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    Take a moment, if you will, to think back to the last time you had to cope with stress in the workplace. It’s highly likely that you felt anxious or maybe even afraid at the time. Equally likely, though, is that you dealt with these emotions and resolved the situation, moved on, and became wiser from the experience.

    Now, take another moment to imagine just how hard it would be to be burdened by this fear and stress for weeks, months, and even years. Unfortunately, many who have seen or been involved in traumatic situations and events cannot manage stress the way that most people can. For some, the events they experience are so harrowing that memories become seared into their minds for the rest of their lives.

    This condition is known as Post-Traumatic Stress Disorder or PTSD. It’s possible that someone on your team could be fighting through a private battle that you are unaware of with this often-debilitating condition. For them, the workplace can sometimes be a very hostile and confusing environment, full of small, seemingly innocuous interactions that could trigger their PTSD.

    Empathy and compassion are vital when helping these employees become and remain valuable members of your team. PTSD is often associated with military veterans who have witnessed the extreme horrors of combat. However, anyone exposed to a traumatic event can have PTSD. For example, people who have dealt with an injury, disaster, accident, or sexual or physical abuse can experience PTSD. Some people may suffer from symptoms for weeks or months, while others may suffer for years or even permanently. In this article, you will learn about what PTSD is and how you can support your team members with PTSD.

    What is PTSD?

    PTSD is a serious condition that often occurs after a person has witnessed or experienced an extremely traumatic event. In fact, according to the National Center for PTSD, around six percent of the US population will suffer from it at one point in their lifetime.

    Right now, PTSD affects roughly 5.2 million American adults every year. It is essential to note the distinction between PTSD and normal responses to trauma. Many people experience some form of trauma in their lives, often more than once. However, those who develop PTSD can suffer from depression, severe distress, and even anxiety, lasting from months to several years. These symptoms can appear immediately after a trauma or take months, sometimes years, to develop.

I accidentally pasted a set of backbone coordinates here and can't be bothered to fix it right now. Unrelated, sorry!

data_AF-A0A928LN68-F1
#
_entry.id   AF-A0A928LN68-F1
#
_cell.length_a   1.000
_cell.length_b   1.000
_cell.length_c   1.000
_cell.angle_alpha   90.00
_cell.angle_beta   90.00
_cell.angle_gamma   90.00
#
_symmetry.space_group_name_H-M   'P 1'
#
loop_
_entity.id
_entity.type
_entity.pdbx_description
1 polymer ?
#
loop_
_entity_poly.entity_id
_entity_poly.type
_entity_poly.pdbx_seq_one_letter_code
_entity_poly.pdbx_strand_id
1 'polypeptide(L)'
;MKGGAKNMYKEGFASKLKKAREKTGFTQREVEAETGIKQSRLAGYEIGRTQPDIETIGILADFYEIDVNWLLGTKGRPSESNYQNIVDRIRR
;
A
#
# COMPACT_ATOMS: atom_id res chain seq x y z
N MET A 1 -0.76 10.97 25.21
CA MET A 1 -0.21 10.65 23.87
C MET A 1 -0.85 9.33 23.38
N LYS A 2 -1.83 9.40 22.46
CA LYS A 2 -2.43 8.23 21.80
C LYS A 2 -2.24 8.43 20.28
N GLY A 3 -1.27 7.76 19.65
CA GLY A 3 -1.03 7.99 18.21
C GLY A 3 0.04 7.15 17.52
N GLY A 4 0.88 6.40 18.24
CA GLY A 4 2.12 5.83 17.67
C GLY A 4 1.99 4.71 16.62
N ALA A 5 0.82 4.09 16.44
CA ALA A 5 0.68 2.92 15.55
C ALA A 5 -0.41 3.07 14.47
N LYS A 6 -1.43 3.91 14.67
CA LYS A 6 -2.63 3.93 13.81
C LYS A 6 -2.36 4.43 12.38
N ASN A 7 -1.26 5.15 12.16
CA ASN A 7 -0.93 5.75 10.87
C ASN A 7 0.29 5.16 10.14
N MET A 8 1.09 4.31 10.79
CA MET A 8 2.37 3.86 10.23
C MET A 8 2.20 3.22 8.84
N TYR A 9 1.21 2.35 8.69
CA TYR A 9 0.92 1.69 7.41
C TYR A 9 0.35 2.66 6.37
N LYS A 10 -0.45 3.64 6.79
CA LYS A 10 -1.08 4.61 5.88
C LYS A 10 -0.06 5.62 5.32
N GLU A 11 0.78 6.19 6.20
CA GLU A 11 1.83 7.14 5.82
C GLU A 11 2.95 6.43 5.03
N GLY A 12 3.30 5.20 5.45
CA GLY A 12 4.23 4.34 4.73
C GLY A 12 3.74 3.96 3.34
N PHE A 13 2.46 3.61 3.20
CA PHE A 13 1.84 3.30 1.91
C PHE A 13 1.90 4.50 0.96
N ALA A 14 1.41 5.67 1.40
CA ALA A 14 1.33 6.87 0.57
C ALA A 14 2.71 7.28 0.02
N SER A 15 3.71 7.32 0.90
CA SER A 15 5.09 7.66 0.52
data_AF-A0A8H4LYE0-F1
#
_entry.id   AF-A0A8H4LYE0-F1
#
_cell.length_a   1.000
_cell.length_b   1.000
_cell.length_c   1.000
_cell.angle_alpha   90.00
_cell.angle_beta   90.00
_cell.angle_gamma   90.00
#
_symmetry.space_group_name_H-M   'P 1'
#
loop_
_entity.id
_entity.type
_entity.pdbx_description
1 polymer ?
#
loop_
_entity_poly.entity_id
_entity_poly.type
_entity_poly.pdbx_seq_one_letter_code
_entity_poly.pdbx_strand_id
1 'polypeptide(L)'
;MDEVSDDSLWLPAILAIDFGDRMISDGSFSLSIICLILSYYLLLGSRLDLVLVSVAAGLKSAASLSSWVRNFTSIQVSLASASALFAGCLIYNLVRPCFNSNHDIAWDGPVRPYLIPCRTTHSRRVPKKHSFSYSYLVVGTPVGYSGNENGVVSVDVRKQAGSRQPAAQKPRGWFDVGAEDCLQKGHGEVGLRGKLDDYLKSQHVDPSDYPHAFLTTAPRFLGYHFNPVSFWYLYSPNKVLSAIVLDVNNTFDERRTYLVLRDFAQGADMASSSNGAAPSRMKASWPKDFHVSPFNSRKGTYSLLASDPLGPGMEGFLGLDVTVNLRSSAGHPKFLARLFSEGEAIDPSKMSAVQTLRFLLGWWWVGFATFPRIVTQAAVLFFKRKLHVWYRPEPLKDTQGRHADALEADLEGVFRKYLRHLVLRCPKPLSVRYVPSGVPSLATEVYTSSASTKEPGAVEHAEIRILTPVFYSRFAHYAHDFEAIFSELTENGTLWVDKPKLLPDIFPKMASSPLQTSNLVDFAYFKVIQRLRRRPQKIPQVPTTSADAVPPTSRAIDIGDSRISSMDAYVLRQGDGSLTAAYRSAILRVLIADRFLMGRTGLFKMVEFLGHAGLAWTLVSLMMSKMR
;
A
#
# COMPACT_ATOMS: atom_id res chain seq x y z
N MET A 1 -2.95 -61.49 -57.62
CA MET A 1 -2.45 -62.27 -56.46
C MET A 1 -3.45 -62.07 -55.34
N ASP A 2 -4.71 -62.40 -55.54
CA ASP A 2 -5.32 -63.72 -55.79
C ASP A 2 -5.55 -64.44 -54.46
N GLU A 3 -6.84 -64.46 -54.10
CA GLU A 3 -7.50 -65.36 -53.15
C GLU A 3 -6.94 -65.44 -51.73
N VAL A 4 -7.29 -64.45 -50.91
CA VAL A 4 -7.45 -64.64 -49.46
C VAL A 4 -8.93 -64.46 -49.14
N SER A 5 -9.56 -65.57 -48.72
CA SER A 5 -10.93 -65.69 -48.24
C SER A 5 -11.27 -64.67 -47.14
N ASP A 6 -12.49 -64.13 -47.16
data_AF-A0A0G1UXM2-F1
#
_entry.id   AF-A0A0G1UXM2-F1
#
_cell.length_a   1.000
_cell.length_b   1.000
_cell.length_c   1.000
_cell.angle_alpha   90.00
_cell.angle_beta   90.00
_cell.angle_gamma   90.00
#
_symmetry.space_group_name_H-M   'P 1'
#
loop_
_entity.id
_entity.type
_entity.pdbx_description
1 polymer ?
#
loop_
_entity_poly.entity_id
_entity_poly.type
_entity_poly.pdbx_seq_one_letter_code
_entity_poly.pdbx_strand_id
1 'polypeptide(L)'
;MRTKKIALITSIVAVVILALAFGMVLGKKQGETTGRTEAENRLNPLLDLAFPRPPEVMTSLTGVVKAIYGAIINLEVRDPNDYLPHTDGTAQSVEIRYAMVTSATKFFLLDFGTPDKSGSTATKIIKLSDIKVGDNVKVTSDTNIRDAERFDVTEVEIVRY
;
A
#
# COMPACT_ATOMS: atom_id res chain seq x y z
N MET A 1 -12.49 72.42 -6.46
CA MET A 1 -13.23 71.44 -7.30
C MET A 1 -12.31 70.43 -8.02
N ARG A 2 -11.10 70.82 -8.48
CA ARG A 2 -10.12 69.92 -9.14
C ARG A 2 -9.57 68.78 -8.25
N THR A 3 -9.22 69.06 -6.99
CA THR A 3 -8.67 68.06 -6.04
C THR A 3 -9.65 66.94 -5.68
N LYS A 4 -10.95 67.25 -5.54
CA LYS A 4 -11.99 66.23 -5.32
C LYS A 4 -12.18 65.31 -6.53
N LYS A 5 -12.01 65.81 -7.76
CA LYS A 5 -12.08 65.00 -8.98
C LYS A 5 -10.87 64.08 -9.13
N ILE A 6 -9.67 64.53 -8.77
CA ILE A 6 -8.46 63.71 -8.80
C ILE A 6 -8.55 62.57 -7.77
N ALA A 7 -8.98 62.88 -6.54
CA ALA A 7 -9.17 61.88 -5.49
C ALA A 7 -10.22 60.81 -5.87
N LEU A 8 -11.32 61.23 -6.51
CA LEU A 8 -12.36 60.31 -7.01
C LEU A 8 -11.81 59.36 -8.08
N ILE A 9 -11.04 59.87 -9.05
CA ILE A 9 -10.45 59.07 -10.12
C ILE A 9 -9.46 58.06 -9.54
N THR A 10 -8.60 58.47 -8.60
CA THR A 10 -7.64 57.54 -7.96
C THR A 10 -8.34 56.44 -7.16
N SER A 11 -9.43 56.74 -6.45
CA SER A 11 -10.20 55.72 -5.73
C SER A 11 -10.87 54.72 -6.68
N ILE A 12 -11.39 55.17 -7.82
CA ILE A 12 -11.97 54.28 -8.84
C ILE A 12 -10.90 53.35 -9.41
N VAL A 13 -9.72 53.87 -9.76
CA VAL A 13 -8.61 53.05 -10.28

June is National PTSD Awareness Month

    With June being National PTSD Awareness Month, it is crucial to be aware of and understand this issue so you can be prepared to properly support any members of your team who may be suffering from PTSD. While many people associate PTSD with military service members, it affects many people from all backgrounds. Therefore, knowing that the events leading to PTSD can happen to anyone is crucial.

    Many people in the workforce, both veterans and otherwise, are working and living with PTSD daily. As an employer or HR professional, it is critical to learn how to support and manage people living with PTSD. As a Human Resources professional, this can help you retain quality team members and increase productivity.

    Understand the Symptoms and the Accommodations Needed

    Understanding the symptoms of PTSD and some of the ways that you can support and accommodate team members who are dealing with these symptoms is of the utmost importance. Some of the symptoms of PTSD include:

    • Difficulty concentrating
    • Poor memory
    • Stress
    • Absenteeism
    • Lateness
    • Trouble with personal interactions

    Some of the ways management staff can help support team members dealing with these symptoms include the following:

    • Difficulty concentrating: If your team member is having trouble concentrating, try offering them an area that is free from distractions. You can also offer them music or noise-canceling headphones.
    • Poor memory: Working with your team member to find what methods work best for them when keeping on track with their work. Try calendars, lists, and electronic reminders.
    • Stress: Ask your team member if they require anything to manage their stress and eliminate any triggers.
    • Absenteeism and lateness: Some people with PTSD often struggle to keep the same schedule as other members. Try to allow them to work with a flexible schedule that works for all parties.
    • Trouble with personal interactions: Encourage your team member to leave any conversations or discussions if they begin to become triggered or find the conversation difficult.

    The Bottom Line

    Talk to your staff. Let them know that your organization understands that some team members may have issues like PTSD that require special treatment or accommodations and that you would like to help and support anyone who may need assistance. Talking about these issues helps break down the stigma against them and will make your team feel more comfortable reaching out for help. In turn, you will be able to increase employee trust and retain and empower quality talent who may otherwise have struggled. If your team member is comfortable with this, managers may consider letting the rest of the team know about their condition. In this case, you should also consider offering your team training on dealing with a co-worker with PTSD. All of these approaches will help you offer a more inclusive and productive work environment which will help you attract and retain your best people.

     

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    Tag(s): PTSD

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